The Supreme Court’s decision that states can opt out of the Affordable Care Act’s Medicaid expansion without financial penalty puts in jeopardy another tenet of the law that aims to reduce uncompensated care costs for hospitals, Bloomberg/San Francisco Chronicle reports.
According to Bloomberg's BGOV Barometer, hospitals' uncompensated care costs totaled $39.3 billion in 2010. The figure, which includes charity care and unpaid bills, accounted for approximately 5.8% of hospitals' expenses for the year, according to the American Hospital Association. Further, recent industry data indicate that uncompensated care increased by 82% between 2000 and 2010.
The ACA is expected to expand insurance coverage to about 30 million uninsured U.S. residents, more than one-third of whom would gain coverage through the Medicaid expansion, the Bloomberg/Chronicle reports. According to Sheryl Skolnick, an analyst with CRT Capital Group, the state-based exchanges and the Medicaid expansion in the ACA "would eliminate almost all of the uncompensated care."
However, Republican governors in some states -- Florida, Louisiana, Mississippi, South Carolina and Texas -- have said they will not expand their programs. Skolnick said, "There is a very real connection between the Medicaid expansion and the amount of uncompensated care that would go away.
Hospitals in Mississippi report about $525 million annually in uncompensated care, the Bloomberg/Chronicle reports. Uncompensated care costs Texas hospitals about $5 billion annually, according to John Hawkins, a lobbyist for the Texas Hospital Association.
Gwen Combs, vice president for policy at the Mississippi Hospital Association, said opting out of the Medicaid expansion is the "difference between hospitals being in a really, really bad world of hurt and just a regular world of hurt."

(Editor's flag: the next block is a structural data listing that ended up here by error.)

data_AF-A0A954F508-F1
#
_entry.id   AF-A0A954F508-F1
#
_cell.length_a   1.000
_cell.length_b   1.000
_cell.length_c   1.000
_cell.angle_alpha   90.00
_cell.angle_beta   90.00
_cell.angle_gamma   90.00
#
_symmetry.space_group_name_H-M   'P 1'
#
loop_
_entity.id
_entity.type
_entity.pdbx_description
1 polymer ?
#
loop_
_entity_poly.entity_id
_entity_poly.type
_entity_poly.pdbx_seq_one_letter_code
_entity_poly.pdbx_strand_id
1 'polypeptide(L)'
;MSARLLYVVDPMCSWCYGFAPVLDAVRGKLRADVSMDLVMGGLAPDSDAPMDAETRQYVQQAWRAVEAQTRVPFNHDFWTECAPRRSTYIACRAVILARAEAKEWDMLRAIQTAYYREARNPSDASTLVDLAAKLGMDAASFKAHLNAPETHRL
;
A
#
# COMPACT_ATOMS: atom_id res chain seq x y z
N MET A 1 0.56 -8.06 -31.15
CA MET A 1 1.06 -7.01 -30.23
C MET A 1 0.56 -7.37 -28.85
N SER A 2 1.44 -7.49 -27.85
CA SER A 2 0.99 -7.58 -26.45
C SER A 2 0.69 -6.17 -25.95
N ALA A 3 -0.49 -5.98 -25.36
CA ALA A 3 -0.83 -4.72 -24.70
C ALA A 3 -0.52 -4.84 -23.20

Hawkins said Texas hospitals have not given up on convincing Gov. Rick Perry (R) to participate in the Medicaid expansion (Wayne, Bloomberg/San Francisco Chronicle, 8/2).
State Budget Directors' Expansion Opinions Unfavorable, GAO Survey Finds
State budget directors mostly view the Medicaid expansion as a significant cost that will generate few savings, according to a Government Accountability Office survey released on Wednesday, the Washington Post's "Wonkblog" reports. The survey, which received 42 responses from state budget directors, asked about the effect of the Medicaid expansion on state budgets, including related savings and expenses.
The survey found that most state budget directors thought that states would end up spending more to expand their Medicaid programs and update their systems to handle the influx of new patients. Few said that the expansion would deliver savings, with just eight directors saying that they believe their state would save because of reduced uncompensated care costs (Kliff, "Wonkblog," Washington Post, 8/2).